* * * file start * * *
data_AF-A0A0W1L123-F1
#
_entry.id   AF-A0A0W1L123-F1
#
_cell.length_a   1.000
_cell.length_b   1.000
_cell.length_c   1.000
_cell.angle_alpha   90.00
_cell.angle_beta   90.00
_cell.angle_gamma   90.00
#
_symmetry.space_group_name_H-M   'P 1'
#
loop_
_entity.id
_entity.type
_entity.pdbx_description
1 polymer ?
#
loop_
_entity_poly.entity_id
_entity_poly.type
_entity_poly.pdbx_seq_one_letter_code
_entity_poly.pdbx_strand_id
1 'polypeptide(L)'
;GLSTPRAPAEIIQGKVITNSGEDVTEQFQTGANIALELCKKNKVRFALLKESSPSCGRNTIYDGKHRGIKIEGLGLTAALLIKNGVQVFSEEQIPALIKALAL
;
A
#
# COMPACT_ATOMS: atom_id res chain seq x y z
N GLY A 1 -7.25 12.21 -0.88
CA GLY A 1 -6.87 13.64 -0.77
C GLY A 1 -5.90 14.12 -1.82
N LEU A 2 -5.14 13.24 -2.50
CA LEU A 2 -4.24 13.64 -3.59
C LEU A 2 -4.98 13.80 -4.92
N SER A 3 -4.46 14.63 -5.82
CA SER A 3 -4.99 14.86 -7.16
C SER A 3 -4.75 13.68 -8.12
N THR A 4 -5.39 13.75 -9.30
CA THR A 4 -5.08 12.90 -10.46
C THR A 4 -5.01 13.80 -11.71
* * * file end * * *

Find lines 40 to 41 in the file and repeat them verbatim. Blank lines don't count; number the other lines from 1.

N THR A 4 -5.39 13.75 -9.30
CA THR A 4 -5.08 12.90 -10.46